This chapter works with Lefebvre’s “Right to the City” (1996b) to understand how a Smart City initiative was being implemented and as a consequence who benefitted. While a model of citizenship is offered in smart cities, the “actually existing” smart city in fact reconfigures models of citizenship in ways that instrumentalize technology and data that can reinforce the patterns of exclusion for marginalized groups. Therefore, this chapter aims to understand how citizens participate in smart city projects and whether they can in fact lead to the exacerbation of existing urban historical, material, and social inequalities. The chapter focuses on some of those excluded by smart city projects: the urban poor, street traders, and those who live in informal settlements and explores the way in which they access and participate in the city. In the Global South context, India is a key actor in implementing a national-level smart city program, and research was undertaken in the city of Chennai to investigate the way that the India Smart Cities Mission was being planned and implemented and the corresponding implications for marginalized communities. The chapter argues that there is a need to recognize the value of a range of everyday, small-scale ways in which citizens employ technologies and data that meet their needs in a social and spatially embedded context. In this way, marginalized people may be empowered to have what Lefebvre describes as “the right to the oeuvre, to participation and appropriation” (1996, p. 173) in urban space.
The work in this chapter is supported by the AHRC (Arts and Humanities Research Council) International Research network entitled “Whose Right to the Smart City” (whosesmartcity.net). The Chennai workshop took place on June 16, 2016, and was organized and led by Satyarupa Shekhar, Director of Government Outreach and Advisory, CAG, Chennai, India, with support from Magdalena Cooper (intern). The report produced from the workshop is available here: https://whosesmartcity.net/publications-and-outcomes/, which was researched and documented by CAG, Chennai. Other partners and contributors in the network are Dr Ava Fatah, University College London, UK, and Dr Ana Baltazar, Federal University of Minas Gerais, Brazil. We would also like to thank the many participants and contributors to the research network workshops, including those in Belo Horizonte (Brazil), London, and Plymouth (UK), between 2017 and 2018.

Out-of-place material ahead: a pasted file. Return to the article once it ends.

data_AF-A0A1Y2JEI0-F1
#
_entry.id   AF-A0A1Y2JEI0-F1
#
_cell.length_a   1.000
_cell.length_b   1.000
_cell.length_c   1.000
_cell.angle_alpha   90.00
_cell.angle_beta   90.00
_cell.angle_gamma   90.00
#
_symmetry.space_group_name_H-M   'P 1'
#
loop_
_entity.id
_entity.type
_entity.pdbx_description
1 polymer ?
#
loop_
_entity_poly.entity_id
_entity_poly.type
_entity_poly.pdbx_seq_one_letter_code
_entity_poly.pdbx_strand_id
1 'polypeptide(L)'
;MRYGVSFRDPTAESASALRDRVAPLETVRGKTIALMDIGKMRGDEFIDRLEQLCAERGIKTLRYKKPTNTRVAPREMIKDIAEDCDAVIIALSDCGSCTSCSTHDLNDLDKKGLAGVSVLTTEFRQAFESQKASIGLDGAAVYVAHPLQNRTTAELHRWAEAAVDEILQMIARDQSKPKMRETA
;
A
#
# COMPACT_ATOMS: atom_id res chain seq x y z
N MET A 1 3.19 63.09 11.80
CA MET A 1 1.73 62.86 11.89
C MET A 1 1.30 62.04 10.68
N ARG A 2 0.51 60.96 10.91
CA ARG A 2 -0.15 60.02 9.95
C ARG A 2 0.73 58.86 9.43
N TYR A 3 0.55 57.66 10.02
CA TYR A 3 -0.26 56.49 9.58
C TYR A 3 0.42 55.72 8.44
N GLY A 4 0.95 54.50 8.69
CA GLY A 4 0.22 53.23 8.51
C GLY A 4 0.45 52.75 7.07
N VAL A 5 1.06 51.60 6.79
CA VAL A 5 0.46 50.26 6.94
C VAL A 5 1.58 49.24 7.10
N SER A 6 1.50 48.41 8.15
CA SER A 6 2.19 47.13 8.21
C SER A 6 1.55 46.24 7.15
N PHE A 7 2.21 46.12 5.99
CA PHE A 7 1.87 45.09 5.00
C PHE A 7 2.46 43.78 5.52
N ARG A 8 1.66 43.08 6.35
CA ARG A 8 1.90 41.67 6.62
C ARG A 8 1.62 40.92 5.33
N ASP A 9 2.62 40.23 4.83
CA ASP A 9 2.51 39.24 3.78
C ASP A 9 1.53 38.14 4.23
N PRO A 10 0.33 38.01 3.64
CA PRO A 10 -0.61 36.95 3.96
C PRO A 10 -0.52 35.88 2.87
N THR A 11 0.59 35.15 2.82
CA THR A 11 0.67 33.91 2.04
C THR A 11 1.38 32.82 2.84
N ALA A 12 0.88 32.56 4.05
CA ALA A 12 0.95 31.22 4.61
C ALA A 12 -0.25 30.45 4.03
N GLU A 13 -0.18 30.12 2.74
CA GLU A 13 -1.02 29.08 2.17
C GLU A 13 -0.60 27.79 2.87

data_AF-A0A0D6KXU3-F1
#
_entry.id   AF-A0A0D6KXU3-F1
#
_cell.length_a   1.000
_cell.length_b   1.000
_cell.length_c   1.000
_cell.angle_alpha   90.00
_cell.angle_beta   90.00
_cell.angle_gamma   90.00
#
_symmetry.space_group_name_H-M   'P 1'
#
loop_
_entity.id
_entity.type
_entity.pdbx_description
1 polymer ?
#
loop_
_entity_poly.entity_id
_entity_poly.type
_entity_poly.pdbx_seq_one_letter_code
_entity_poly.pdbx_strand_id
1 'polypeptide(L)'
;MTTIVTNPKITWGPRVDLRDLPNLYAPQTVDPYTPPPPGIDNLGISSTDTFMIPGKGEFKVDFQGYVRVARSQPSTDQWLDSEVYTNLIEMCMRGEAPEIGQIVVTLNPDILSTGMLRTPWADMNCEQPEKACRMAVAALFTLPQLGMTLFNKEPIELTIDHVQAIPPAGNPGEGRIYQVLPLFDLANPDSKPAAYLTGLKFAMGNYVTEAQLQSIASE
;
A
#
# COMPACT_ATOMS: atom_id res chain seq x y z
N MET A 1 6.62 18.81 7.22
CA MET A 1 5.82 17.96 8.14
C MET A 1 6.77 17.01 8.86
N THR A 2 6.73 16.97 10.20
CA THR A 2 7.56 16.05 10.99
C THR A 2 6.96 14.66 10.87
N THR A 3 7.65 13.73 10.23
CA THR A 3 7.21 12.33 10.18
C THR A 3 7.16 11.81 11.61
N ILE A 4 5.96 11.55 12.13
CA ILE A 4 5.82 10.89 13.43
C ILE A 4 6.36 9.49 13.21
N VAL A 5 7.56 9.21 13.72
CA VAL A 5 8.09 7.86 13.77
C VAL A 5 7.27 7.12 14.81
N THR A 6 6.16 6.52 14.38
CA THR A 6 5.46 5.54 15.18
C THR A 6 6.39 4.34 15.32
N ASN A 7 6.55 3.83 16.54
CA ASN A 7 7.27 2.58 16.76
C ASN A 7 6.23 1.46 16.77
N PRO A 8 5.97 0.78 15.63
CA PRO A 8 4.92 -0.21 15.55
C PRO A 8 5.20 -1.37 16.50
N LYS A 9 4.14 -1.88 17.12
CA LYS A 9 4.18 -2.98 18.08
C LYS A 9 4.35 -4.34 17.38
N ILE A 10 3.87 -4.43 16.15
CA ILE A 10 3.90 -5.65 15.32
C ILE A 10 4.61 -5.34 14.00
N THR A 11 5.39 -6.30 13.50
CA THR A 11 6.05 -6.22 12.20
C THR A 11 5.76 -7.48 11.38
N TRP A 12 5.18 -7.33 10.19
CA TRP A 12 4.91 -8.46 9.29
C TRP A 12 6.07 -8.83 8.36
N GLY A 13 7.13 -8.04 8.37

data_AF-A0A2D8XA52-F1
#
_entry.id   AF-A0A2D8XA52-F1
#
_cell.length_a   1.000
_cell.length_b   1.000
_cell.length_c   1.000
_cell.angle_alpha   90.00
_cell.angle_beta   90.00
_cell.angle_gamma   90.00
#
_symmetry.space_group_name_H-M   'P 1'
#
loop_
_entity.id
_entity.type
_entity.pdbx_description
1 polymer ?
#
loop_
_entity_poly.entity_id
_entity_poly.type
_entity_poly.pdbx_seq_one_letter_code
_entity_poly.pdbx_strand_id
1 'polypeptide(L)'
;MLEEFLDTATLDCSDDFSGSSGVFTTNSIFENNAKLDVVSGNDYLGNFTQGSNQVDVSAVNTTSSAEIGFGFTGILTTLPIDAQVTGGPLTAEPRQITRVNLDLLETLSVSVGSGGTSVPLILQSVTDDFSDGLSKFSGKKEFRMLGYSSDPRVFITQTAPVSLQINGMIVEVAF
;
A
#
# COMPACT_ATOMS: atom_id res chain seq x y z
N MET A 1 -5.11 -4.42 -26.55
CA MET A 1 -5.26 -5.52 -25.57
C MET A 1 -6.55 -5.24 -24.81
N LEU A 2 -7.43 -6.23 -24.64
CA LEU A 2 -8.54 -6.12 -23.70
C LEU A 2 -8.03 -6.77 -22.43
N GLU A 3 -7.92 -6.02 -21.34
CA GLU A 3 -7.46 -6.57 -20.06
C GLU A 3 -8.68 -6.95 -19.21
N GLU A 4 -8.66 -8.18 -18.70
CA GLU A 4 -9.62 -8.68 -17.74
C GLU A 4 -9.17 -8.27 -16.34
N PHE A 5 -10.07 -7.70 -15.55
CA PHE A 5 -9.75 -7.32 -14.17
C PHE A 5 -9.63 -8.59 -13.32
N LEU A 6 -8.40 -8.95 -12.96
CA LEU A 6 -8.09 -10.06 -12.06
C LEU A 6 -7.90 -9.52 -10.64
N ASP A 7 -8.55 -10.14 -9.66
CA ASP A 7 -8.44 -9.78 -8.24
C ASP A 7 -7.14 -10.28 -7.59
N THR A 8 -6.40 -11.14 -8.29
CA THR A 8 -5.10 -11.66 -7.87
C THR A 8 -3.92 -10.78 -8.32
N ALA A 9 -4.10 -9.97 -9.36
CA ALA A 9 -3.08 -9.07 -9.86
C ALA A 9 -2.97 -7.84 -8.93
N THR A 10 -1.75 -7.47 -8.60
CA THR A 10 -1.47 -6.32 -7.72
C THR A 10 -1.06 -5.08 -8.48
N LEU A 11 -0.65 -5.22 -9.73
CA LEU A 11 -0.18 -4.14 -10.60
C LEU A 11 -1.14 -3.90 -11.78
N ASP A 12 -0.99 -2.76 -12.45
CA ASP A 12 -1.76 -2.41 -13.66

Willis, K.S. (2019), "Whose Right to the Smart City?", Cardullo, P., Di Feliciantonio, C. and Kitchin, R. (Ed.) The Right to the Smart City, Emerald Publishing Limited, pp. 27-41. https://doi.org/10.1108/978-1-78769-139-120191002Download as .RIS
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